# Is antenna noise temperature relevant if the physical system temperature is higher?

Assume a lossless antenna connected to a lossy cable at physical temperature 300K. If this antenna is pointed into space, the antenna noise temperature will depend on the brightness temperature of objects in its beam (cosmic background radiation in this case ignoring atmospheric radiation). Practically, the noise temperature of a Yagi antenna pointed into space is around 63-68K. However, as the physical temperature of the connecting cable is much higher, is this low antenna temperature relevant for a receiver system?

From what I understand, output noise of a passive device (lossy cable) is calculated as follows. Assuming that $T_{in}$ is the input noise temperature and $A$ is the attenuation of the device (lossy cable in this case), and $T_e=(A-1)T_p$ is the equivalent temperature of the device at physical temperature $T_p$. \begin{align*} T_{out} &= \frac{T_{in} + T_e}{A} \\ &= \frac{T_{in}}{A} + \frac{(A-1)T_p}{A} \\ &= \frac{T_{in} - T_p}{A} + T_p \end{align*} Converting to noise power spectral densities $$N_{out} = \frac{N_{in} - N_{p}}{A} + N_p$$ This makes sense if $N_{in} \ge N_p$. The excess noise above the thermal noise floor is attenuated by the attenuation of the passive device, and the output noise has to be atleast the thermal noise at the physical temperature of the system.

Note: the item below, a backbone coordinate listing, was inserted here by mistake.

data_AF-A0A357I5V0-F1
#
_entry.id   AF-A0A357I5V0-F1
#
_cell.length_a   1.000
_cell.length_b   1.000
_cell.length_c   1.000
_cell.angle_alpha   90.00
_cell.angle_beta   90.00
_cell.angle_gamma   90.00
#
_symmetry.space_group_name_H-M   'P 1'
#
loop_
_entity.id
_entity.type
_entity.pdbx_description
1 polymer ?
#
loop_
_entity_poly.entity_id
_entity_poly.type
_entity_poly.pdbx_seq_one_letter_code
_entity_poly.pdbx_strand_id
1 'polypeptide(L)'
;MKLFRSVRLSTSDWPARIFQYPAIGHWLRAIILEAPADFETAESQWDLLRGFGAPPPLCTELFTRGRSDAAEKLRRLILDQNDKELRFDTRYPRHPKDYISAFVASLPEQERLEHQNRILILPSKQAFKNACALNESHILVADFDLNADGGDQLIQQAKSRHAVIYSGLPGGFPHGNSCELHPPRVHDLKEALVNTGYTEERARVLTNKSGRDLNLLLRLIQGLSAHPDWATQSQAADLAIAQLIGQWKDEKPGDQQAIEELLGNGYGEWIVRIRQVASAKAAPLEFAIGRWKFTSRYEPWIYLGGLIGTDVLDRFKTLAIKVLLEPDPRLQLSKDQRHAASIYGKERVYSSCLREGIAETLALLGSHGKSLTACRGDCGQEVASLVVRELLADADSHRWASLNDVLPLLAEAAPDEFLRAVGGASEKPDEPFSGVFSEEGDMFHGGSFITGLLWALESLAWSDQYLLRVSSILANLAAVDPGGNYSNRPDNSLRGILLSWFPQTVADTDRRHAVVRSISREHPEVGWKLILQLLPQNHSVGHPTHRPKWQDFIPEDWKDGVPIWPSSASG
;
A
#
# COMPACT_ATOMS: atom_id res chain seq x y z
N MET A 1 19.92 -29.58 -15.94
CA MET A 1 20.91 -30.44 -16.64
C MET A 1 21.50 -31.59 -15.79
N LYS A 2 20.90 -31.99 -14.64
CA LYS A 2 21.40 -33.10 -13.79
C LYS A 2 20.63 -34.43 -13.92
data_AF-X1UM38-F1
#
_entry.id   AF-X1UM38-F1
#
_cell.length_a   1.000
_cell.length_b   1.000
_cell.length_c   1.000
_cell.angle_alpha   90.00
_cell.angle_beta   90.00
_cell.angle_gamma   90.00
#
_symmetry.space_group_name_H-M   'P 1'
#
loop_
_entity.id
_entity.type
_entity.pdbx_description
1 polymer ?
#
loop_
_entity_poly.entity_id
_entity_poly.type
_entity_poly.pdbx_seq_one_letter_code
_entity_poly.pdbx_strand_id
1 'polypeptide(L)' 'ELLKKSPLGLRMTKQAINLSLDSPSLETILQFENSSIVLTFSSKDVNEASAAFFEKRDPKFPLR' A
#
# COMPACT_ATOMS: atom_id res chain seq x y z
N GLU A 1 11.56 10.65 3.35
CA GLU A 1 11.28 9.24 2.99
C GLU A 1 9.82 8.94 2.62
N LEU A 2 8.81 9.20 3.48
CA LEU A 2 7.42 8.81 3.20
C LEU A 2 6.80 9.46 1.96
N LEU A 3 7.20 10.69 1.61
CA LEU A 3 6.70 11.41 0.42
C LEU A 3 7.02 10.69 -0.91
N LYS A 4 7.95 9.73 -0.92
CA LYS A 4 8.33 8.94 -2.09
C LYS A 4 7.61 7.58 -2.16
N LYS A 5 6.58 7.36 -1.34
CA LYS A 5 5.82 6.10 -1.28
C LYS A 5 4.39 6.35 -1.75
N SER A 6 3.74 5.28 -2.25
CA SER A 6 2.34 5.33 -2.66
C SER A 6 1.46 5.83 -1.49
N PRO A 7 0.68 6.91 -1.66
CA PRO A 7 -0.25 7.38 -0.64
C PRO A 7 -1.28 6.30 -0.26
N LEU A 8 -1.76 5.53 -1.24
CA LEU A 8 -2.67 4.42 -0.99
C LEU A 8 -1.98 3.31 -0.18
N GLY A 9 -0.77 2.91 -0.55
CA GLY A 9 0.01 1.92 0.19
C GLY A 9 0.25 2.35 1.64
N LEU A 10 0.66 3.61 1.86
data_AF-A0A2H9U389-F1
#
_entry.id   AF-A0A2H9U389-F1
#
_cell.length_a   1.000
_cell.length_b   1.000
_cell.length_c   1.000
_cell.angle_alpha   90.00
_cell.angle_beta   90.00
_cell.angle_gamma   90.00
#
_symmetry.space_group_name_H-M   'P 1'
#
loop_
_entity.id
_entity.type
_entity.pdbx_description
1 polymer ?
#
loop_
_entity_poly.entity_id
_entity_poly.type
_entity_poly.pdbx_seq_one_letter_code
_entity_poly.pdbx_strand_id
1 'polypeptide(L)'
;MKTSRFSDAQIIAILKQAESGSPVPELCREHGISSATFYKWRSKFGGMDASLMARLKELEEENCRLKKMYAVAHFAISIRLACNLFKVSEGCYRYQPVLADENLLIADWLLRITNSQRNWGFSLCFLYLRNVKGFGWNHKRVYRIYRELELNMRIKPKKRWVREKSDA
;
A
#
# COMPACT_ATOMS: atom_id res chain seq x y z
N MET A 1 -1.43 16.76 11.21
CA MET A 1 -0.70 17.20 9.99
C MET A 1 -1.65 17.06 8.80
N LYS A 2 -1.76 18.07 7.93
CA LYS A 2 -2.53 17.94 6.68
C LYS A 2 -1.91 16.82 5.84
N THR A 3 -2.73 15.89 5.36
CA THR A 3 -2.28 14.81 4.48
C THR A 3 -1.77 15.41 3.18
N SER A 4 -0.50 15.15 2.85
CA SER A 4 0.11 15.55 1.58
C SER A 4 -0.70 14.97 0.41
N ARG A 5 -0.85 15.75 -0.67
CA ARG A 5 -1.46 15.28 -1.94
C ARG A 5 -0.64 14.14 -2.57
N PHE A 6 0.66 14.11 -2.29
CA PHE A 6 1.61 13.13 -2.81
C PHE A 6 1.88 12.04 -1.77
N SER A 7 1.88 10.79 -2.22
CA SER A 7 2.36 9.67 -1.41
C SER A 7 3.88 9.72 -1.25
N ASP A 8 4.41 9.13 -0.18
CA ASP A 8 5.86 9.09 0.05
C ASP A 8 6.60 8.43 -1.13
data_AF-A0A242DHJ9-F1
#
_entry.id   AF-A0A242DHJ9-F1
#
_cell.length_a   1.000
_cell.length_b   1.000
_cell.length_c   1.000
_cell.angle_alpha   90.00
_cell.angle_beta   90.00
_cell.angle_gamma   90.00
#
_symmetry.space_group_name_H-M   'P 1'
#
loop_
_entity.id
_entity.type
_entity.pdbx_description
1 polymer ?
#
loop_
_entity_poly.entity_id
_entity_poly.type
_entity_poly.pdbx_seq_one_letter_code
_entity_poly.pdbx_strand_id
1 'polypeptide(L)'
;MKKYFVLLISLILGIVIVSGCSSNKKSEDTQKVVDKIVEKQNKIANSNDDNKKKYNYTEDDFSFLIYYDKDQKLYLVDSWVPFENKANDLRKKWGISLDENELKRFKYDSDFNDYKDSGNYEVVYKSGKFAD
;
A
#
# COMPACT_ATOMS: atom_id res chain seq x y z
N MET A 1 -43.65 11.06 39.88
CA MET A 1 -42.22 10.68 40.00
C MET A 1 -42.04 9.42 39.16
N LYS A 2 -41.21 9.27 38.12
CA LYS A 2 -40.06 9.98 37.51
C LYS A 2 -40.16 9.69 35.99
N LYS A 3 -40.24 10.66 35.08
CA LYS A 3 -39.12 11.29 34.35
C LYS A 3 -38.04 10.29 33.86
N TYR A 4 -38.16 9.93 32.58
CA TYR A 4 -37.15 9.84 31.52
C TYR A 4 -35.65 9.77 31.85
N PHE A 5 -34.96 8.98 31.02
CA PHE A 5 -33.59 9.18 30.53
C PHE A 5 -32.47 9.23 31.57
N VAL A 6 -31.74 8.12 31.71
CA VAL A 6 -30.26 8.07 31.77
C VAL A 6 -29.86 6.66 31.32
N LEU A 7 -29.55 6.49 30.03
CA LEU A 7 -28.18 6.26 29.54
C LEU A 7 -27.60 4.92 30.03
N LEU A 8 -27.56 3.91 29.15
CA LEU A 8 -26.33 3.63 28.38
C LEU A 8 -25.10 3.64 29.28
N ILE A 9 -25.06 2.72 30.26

My main question is does this equation hold if $N_{in} < N_p$, as in the case of the antenna connected to a lossy cable, where the noise captured by the antenna is lower than the thermal noise floor at the physical temperature of the system.

Assume all impedances are matched in the diagram.

• I would really like to answer this but could you add an annotated circuit diagram? I'm always a little hesitant to answer circuit questions before I see a diagram because I want to make sure we all know exactly what we're talking about. Oct 31, 2016 at 5:58
• @DanielSank Added a diagram Oct 31, 2016 at 6:23